Six years of Gippsland Climate Blogging

After a few initial mishaps I have been regularly posting twice a week on this blog since December 2012. It was conceived as a commentary on climate change related as closely as possible to Gippsland. The first posts, without images, were made by my sister in Canada who presented me with the website (and a twitter account) as a Xmas present in 2012. The first couple of posts were made by her from brief articles from a climate change newsletter I was producing at that time and done before I was aware the website or blog existed. It was a most pleasant surprise and the newsletter was quickly superseded.

Although concentrating on local content occasionally some of the more general posts have attracted international interest. One of these was a post I wrote almost two years ago on the threatening effects of high wet bulb temperatures – basically a measurement of both humidity and temperature. Many people are still surprised to know that wet bulb temperatures over 30 degrees are life threatening and at human body temperature will cause death in a short time. This post still has occasional visitors – six in the last month. Generally in a popular post the interest is overwhelming Australian with unique website visits over 80% of visits. Usually the Australian visitors figure hovers around the 60% mark with the remaining visitors from around the globe and all continents. It is an audience I have never had before.

Statistically the web site visits have grown and currently sits between 500 and just under 1000 unique visits per month with 971 visits a recent high.* So far there have been about 600 posts of 400 to 450 words on average – more than 250,000 words in total. Somewhere between 10 and 20% of the posts are from guest bloggers and others are republished online articles of local interest. This year Paul Treasure’s post on a pumped hydro proposal on the Thompson River was a high for guest posts which was also republished elsewhere and quite controversial.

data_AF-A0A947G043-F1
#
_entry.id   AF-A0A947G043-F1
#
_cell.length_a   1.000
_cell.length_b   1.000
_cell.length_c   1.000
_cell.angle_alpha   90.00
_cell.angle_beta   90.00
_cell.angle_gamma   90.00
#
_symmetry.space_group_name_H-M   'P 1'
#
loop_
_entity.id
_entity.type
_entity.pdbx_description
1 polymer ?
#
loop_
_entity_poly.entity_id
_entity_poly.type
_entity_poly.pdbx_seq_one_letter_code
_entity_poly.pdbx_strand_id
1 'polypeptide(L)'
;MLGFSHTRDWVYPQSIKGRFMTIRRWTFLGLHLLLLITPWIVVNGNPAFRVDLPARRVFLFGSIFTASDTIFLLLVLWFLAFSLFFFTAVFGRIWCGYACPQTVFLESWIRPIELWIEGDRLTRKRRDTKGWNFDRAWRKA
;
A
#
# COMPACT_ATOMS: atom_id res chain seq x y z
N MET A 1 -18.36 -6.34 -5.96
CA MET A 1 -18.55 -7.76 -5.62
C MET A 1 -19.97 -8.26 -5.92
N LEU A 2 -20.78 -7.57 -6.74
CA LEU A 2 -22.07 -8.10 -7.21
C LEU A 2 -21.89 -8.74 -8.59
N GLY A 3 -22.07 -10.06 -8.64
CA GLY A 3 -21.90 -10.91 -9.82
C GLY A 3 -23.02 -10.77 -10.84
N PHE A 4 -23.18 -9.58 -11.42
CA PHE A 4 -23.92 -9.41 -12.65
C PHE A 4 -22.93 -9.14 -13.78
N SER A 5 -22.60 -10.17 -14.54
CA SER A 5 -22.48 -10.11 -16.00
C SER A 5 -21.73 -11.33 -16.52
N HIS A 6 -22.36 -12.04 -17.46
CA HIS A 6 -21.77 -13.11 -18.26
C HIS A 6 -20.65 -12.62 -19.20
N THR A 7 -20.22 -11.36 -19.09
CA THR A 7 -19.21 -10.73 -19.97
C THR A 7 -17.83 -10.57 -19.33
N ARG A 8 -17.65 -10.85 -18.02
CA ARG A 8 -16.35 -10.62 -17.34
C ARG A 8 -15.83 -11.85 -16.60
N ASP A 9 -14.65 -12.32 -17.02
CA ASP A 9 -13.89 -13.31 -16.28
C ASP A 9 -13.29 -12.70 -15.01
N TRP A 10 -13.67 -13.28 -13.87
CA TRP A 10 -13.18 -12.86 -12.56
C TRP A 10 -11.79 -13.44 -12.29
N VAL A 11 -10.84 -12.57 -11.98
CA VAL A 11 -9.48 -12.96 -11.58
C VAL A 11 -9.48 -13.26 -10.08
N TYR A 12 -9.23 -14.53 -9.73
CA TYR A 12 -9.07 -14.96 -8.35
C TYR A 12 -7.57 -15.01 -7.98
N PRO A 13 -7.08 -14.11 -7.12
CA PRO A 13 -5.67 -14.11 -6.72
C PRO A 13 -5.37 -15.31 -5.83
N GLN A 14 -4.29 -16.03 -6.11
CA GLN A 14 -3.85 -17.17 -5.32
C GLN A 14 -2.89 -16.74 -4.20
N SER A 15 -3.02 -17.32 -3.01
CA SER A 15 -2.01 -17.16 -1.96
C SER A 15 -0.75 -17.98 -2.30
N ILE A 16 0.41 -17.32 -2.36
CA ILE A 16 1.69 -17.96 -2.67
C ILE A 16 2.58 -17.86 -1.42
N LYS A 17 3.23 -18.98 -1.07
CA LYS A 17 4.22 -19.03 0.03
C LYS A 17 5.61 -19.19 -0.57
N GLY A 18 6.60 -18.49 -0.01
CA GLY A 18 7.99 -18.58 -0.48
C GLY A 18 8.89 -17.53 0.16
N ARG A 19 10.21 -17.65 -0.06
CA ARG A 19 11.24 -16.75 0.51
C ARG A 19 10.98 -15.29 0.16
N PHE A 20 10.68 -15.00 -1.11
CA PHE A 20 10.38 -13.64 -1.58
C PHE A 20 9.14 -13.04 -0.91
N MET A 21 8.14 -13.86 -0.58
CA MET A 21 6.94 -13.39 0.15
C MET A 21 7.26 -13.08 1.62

As works of journalism the posts are sometimes hastily written for a deadline, so occasionally an inaccuracy or small error creeps in, though they are generally as accurate as possible. Where they are basically an opinion piece or some future projection no doubt there will be discrepancies – sometimes large – which will eventually become obvious with hindsight. The blog remains a political, but non-partisan, tool. It is politicised only to the extent that vested interests have, and continue, to overrule best science. Hopefully the blog is having some effect for this cause. To paraphrase Gandhi in one of my favourite quotes: “you may never know the results of your actions but if you do nothing there will be no result.”

*almost all these visitors are to the climate blog with occasional visitors to history articles on the publications page